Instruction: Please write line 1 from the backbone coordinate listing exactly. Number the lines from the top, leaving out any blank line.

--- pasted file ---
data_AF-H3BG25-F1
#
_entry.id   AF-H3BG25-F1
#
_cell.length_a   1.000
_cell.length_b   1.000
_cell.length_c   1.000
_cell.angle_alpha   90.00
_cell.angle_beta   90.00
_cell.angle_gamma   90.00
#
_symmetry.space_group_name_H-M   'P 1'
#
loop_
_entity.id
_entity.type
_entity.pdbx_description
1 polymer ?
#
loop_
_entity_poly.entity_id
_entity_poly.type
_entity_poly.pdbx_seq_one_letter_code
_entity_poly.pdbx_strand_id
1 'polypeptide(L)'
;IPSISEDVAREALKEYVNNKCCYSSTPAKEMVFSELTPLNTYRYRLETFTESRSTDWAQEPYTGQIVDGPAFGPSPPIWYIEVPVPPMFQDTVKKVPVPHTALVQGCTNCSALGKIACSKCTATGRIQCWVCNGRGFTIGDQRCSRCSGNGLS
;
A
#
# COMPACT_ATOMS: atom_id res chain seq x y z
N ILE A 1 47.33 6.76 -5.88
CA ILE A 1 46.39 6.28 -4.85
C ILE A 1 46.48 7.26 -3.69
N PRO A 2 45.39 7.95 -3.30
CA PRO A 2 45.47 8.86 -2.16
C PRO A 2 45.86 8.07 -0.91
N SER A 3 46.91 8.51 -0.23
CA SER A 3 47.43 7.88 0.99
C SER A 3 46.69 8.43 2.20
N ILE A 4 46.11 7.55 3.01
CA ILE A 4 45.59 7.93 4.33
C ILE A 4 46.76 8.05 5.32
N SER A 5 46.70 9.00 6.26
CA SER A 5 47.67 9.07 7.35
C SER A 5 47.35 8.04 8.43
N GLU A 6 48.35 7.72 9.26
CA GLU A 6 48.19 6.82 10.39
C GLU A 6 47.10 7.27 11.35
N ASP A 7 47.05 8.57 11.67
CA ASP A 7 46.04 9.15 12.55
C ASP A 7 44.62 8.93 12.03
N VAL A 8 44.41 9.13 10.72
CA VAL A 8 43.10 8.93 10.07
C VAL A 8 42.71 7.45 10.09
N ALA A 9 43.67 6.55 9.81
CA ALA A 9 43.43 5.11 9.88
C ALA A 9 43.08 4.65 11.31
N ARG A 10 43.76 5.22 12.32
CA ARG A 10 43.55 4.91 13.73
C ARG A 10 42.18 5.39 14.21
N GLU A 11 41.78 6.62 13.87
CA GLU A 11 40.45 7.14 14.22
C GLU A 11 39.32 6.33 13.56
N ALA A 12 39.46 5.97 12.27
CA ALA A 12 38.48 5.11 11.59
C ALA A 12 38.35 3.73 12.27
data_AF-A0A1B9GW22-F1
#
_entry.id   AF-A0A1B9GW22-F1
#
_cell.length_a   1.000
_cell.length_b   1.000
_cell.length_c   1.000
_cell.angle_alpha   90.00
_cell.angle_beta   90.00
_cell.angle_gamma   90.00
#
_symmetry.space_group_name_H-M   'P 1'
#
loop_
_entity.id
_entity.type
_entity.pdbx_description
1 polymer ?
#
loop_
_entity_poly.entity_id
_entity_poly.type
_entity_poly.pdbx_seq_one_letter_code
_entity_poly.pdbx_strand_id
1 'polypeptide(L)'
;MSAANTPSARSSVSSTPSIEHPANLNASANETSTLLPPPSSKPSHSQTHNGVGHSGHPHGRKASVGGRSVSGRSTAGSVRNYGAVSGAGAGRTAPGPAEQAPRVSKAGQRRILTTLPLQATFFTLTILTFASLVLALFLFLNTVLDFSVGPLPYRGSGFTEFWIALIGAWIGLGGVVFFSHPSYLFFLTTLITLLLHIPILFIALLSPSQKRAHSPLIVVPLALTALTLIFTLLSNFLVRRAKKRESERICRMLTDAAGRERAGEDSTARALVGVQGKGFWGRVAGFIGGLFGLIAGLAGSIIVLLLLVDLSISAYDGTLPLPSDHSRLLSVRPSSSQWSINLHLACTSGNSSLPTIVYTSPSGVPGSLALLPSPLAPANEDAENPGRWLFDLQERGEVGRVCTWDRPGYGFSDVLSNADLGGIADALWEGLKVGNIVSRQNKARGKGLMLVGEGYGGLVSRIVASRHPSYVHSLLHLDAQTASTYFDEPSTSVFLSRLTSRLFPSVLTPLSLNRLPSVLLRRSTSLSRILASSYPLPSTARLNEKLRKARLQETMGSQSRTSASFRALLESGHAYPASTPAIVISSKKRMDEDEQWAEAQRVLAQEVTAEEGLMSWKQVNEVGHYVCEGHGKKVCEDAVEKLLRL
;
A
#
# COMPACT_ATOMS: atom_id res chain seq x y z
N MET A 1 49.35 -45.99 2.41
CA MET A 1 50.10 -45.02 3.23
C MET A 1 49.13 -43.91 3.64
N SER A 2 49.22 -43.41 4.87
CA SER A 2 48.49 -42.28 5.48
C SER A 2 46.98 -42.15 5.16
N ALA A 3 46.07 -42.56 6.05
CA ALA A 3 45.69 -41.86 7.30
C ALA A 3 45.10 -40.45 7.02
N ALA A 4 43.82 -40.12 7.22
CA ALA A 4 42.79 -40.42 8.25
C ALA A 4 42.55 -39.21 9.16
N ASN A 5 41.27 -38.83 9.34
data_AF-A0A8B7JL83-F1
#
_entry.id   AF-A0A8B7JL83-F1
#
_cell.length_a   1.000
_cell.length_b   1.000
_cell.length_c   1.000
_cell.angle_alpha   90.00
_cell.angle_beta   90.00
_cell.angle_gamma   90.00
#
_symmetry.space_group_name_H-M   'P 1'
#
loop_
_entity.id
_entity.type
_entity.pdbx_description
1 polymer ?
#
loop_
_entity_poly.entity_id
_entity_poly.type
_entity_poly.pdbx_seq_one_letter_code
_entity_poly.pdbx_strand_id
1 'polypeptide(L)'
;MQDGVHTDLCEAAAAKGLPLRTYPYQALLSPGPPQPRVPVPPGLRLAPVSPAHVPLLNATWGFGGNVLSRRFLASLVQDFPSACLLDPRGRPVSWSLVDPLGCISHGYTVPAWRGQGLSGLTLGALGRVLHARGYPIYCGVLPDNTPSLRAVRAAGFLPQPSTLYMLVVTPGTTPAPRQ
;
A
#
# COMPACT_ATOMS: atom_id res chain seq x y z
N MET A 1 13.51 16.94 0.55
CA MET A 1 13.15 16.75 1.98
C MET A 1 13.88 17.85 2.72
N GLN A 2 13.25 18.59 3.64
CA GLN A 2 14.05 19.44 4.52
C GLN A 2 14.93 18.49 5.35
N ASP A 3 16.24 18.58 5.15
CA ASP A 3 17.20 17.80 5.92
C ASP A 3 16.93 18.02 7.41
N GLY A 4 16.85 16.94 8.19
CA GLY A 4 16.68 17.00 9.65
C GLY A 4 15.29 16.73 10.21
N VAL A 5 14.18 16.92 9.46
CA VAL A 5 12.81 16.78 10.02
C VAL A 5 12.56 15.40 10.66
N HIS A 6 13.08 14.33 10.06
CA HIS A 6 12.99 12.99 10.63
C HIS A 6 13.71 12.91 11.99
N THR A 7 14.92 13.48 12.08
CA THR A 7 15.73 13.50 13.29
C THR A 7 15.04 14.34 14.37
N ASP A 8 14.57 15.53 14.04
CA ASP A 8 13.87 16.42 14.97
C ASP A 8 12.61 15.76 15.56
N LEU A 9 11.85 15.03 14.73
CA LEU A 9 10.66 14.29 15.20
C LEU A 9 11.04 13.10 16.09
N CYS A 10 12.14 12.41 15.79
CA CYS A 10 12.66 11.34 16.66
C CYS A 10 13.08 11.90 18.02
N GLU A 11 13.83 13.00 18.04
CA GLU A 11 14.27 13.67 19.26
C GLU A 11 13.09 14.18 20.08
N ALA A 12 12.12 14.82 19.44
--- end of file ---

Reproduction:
data_AF-H3BG25-F1